A renowned specialist in contemporary and avant-garde music, the RAI Orchestra postponed the innovative groundbreaking compositions in favor of imaginative and colourful world of Ottorino Respighi (1879-1936). With the first snow, covering the streets of Ekaterinburg, the Trittico Botticelliano (Botticelli Triptych, 1927) provided a mouthful of fresh air everybody needed. Inspired by Sandro Botticelli’s famous paintings Spring, The Adoration of the Magi’s and the Birth of Venus, the Italian pupil of Nikolai Rimsky-Korsakov managed to find the same orchestral colours as the painter on his palette: transparent, light, serene. Within an instant the strings filled the concert hall with a chearful hubbub of bird chatterings announcing the awakening of nature in spring. The pastoral Adoration added a magic sphere, created by a heavenly sounds of celesta and harp and the variations on a Gregorian chant Veni, veni Emanuel. The colours of the third triptych painting came to life in delicate flowing musical lines shaped by Marco Angius’ gently and clear conducting patterns. With the same clarity the Italian conductor revealed the structure and pulsation of Respighi’s Gregorian Concerto(1921). As a real prior, he guided his ‘schola cantorum’ through an impressive and radiant musical ‘cathedral’, full of allusions to plainchant and the Easter sequence Victimae paschali.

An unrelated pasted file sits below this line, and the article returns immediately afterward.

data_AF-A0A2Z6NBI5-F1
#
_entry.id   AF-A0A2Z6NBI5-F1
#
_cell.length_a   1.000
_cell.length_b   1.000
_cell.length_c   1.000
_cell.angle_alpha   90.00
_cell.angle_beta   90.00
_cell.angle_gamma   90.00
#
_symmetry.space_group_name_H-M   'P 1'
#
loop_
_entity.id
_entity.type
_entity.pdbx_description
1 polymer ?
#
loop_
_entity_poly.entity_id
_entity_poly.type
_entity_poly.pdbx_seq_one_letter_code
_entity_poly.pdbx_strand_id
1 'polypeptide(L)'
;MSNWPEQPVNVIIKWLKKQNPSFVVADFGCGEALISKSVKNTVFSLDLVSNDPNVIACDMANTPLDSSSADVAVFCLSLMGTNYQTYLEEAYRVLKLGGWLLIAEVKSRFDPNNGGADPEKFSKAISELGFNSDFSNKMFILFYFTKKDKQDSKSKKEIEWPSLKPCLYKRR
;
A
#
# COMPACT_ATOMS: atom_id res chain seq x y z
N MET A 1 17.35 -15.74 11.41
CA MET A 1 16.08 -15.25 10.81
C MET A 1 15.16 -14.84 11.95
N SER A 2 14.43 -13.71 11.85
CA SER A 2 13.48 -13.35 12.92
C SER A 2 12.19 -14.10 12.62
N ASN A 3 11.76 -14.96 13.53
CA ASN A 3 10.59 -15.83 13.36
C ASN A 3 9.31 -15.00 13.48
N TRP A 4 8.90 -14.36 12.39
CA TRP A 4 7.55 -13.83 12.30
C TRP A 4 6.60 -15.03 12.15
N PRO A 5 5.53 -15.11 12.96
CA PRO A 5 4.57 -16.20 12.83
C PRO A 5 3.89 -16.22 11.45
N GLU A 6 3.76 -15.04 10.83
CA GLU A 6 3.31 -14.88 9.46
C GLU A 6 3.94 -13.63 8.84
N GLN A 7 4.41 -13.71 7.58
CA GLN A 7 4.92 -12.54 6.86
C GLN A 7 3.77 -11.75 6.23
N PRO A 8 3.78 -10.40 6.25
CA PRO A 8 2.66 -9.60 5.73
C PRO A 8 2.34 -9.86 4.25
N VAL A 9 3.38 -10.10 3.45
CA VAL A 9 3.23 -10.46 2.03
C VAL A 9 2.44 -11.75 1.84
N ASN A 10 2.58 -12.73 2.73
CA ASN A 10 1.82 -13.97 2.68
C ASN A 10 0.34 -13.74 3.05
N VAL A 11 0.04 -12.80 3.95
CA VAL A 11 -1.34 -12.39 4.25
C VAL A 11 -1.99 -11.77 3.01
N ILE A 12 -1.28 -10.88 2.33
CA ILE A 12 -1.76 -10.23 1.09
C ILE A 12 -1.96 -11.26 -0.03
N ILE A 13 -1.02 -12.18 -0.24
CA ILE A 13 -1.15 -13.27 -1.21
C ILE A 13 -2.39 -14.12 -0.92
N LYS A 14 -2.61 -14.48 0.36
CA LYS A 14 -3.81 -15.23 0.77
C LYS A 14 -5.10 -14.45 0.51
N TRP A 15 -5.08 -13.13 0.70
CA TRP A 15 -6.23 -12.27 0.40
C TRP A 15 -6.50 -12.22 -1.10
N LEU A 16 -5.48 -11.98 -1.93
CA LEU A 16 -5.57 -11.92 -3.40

The Czech violinist Josef Špaček, finalist of the International Queen Elisabeth Competition in 2012, found easily his way in this concerto. His rich, lucid and graceful sound suited perfectly by a refined Respighi. Špaček was convincing in both the virtuosity and expressivity of his playing; he demonstrated a sense of musical phrasing, attention to details and the imperturbable concentration. The last ability is very necessary in Ekaterinburg where the audience seems simply to refuse to swich off mobile telephones. One of these devices performed its own concerto during one of Špaček’s solo passages. Fortunately it didn’t happened again during his virtuoso encore, a solo from Prokofiev’s Violin Sonata, Op.115.
The idyllic mood in the audience was shaken after a break when the RAI Orchestra stepped eighty years forward in time. Not everybody was prepared for such a time travel with a ‘consistent postmodernist’ Fausto Romitelli (1963-2004). His Dead City Radio (2003) portrays a destructive and hypnotical impact of mechanical media upon the conscience and state of mind of its listeners. The Italian composer mixed sounds freely, looking for a synthesis of struggling, sharp, crashing, discordant, conflicting and fighting with each other sounds. This extremely interesting composition was unfortunately unexpected by the most of public. The very reserved applause was more polite than affectionate.